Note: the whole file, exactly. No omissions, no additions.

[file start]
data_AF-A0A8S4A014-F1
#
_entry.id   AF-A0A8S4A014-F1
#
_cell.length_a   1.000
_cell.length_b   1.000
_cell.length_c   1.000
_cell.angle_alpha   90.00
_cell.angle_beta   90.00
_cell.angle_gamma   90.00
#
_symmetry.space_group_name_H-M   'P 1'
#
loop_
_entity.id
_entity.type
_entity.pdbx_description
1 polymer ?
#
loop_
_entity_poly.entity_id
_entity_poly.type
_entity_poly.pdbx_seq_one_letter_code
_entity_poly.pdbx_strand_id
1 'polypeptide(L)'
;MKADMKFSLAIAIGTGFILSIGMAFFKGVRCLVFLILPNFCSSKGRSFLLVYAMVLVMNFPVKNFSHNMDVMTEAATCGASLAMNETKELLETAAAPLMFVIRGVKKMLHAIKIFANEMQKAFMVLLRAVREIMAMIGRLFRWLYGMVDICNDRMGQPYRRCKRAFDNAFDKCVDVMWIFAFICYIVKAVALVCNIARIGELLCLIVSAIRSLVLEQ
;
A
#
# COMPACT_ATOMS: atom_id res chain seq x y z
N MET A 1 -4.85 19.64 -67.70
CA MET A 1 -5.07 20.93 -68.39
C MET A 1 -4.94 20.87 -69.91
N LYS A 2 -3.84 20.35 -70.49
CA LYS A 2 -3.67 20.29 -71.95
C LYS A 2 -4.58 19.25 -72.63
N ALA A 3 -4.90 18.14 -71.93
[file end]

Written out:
data_AF-A0A8S4A014-F1
#
_entry.id   AF-A0A8S4A014-F1
#
_cell.length_a   1.000
_cell.length_b   1.000
_cell.length_c   1.000
_cell.angle_alpha   90.00
_cell.angle_beta   90.00
_cell.angle_gamma   90.00
#
_symmetry.space_group_name_H-M   'P 1'
#
loop_
_entity.id
_entity.type
_entity.pdbx_description
1 polymer ?
#
loop_
_entity_poly.entity_id
_entity_poly.type
_entity_poly.pdbx_seq_one_letter_code
_entity_poly.pdbx_strand_id
1 'polypeptide(L)'
;MKADMKFSLAIAIGTGFILSIGMAFFKGVRCLVFLILPNFCSSKGRSFLLVYAMVLVMNFPVKNFSHNMDVMTEAATCGASLAMNETKELLETAAAPLMFVIRGVKKMLHAIKIFANEMQKAFMVLLRAVREIMAMIGRLFRWLYGMVDICNDRMGQPYRRCKRAFDNAFDKCVDVMWIFAFICYIVKAVALVCNIARIGELLCLIVSAIRSLVLEQ
;
A
#
# COMPACT_ATOMS: atom_id res chain seq x y z
N MET A 1 -4.85 19.64 -67.70
CA MET A 1 -5.07 20.93 -68.39
C MET A 1 -4.94 20.87 -69.91
N LYS A 2 -3.84 20.35 -70.49
CA LYS A 2 -3.67 20.29 -71.95
C LYS A 2 -4.58 19.25 -72.63
N ALA A 3 -4.90 18.14 -71.93